What you need to know:
- Senator’s win was a triumph, but don’t expect charity from him, warns Raila
The Obama bonus is on its way — and it could mean greater prosperity for Kenya.
More Kenyan goods could sell in the United States and America may invest more in the country where Barack Obama traces his roots, Prime Minister Raila Odinga said on Friday.
The election of Mr Obama as US President would hopefully bring an influx of American tourists and mean our goods would find a ready market, Mr Odinga said.
Kenya could also hope to benefit from improved cooperation between the US and Africa, he said.
“What we want to see is the expansion of relationships in terms of trade and direct investments,” said Mr Odinga.
He added: “We want to see more of our products finding markets in the US and expect more direct investments by the Americans in the country.”
Mr Odinga said the election of Mr Obama, whose late father was from Siaya, was likely to improve cooperation between Kenya and the US in many avenues.
The Government expected that the Obama administration would put in place more pro-Africa policies than in the past. He added that the two governments would work together to enhance the fight against terrorism, especially in the Horn of Africa.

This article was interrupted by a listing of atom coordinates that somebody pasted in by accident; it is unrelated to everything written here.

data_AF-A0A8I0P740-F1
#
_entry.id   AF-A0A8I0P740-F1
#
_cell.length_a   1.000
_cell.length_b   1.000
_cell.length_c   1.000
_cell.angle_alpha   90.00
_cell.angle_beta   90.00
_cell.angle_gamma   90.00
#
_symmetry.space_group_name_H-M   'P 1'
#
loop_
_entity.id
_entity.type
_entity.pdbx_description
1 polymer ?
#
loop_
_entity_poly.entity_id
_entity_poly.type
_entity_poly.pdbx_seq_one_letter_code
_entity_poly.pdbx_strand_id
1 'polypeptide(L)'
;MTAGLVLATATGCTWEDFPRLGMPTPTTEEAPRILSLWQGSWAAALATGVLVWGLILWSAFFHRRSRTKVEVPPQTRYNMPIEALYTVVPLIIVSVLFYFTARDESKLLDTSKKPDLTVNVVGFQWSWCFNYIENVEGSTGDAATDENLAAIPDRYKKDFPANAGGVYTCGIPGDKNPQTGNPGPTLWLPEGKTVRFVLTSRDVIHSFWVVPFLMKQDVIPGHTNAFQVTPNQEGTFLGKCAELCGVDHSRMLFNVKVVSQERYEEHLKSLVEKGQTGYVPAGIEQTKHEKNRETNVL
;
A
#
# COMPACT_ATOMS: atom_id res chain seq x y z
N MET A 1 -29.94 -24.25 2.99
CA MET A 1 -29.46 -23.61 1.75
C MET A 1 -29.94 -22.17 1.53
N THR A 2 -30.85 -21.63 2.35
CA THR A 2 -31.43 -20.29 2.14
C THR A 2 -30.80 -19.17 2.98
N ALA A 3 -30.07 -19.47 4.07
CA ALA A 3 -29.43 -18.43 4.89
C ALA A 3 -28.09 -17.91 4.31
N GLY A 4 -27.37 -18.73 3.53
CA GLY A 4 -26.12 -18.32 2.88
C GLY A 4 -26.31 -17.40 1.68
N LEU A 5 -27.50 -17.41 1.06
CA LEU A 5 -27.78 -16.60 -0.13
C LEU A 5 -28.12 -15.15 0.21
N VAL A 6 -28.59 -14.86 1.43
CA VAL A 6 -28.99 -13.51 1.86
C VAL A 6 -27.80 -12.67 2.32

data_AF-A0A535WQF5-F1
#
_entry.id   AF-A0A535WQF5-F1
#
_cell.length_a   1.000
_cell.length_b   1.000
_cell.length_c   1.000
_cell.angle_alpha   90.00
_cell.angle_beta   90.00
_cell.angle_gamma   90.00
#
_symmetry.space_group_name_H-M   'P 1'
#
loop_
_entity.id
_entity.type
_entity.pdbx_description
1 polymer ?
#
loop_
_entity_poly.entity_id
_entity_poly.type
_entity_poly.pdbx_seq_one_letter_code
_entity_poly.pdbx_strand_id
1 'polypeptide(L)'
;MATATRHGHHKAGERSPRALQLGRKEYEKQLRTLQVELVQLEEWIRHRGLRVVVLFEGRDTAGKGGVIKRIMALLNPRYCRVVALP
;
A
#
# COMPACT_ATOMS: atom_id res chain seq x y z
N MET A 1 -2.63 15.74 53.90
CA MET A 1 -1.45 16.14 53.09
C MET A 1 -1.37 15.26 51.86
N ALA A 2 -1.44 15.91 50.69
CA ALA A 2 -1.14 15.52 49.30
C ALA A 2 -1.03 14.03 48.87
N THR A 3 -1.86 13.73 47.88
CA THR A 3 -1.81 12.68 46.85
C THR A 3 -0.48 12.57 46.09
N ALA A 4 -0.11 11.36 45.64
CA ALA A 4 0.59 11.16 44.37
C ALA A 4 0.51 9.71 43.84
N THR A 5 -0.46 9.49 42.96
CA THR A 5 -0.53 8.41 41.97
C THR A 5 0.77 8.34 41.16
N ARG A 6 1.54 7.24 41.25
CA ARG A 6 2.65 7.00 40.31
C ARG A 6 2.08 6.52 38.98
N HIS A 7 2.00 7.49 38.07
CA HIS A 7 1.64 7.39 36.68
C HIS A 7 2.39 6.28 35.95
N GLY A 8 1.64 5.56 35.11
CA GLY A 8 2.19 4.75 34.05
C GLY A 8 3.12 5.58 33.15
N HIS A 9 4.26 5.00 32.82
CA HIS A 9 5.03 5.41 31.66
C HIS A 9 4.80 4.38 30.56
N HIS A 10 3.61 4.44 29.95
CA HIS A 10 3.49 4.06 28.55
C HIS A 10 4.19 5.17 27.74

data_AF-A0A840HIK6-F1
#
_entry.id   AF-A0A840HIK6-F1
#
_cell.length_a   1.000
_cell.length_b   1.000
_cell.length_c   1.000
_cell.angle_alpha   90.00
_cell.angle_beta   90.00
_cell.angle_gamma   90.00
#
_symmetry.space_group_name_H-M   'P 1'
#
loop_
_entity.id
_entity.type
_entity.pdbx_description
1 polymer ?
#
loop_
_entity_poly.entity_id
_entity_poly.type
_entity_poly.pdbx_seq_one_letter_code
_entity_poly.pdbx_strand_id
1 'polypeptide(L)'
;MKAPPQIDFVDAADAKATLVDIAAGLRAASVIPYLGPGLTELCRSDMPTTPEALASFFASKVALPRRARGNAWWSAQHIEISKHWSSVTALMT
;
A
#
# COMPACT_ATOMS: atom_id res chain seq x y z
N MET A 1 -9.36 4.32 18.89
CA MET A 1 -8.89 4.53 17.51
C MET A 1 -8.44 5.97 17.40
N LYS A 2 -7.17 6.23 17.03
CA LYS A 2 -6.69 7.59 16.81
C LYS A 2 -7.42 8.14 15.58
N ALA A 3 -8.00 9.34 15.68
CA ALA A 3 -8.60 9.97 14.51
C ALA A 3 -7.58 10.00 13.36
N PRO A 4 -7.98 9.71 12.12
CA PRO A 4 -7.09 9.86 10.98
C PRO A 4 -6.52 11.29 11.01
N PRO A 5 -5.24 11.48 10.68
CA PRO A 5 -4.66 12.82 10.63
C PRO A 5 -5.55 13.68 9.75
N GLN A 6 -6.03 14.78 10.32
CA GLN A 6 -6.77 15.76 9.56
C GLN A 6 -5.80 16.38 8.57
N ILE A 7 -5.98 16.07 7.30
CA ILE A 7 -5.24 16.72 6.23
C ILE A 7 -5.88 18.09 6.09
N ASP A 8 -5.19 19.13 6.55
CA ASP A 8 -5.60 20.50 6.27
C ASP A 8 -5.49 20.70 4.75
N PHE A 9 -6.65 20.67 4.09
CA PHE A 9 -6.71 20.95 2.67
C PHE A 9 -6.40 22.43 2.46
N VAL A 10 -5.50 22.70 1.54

But Kenyans should not expect charity handouts from the United States simply because Mr Obama was to be the next US President, he went on.
“Kenyans know that Barack Obama is a US president and we therefore do not expect any kind of charity following his election,” said the Prime Minister.
He was speaking at Jomo Kenyatta International Airport in Nairobi after he arrived from a week-long conference in China.
Mr Odinga went on to say that the Obama win was a source for pride for all humanity because it had broken the racial barrier. He said that it had also proved that anyone could achieve anything if they were determined to do so.
The Prime Minister spoke out as it was revealed that he and other Kenyan leaders had played a small but crucial part in helping to propel Mr Obama to the White House.
President Kibaki and Mr Odinga were consistent in their support for the US President-elect — and the Prime Minister had personally helped to block a smear campaign planned by supporters of Mr Obama’s Republican rival, Senator John McCain.
The McCain camp’s plan was to portray Mr Obama as a candidate, “alien to the US and whose election would benefit Kenyans, and other foreigners, at the expense of Americans”.
First, Mr Odinga — who on Friday described Mr Obama’s win as “triumph of justice over propaganda”, took a deliberate decision to minimise any emphasis on his relationship with the one-term Illinois senator.
Although Mr Odinga has in the past stated he is related to Mr Obama, he chose not to comment on the US campaigns as they hotted up.
The anti-Obama campaigners had sought to link the senator with Mr Odinga, focussing on the Prime Minister’s determination to ensure the Muslim voice was heard in Kenya.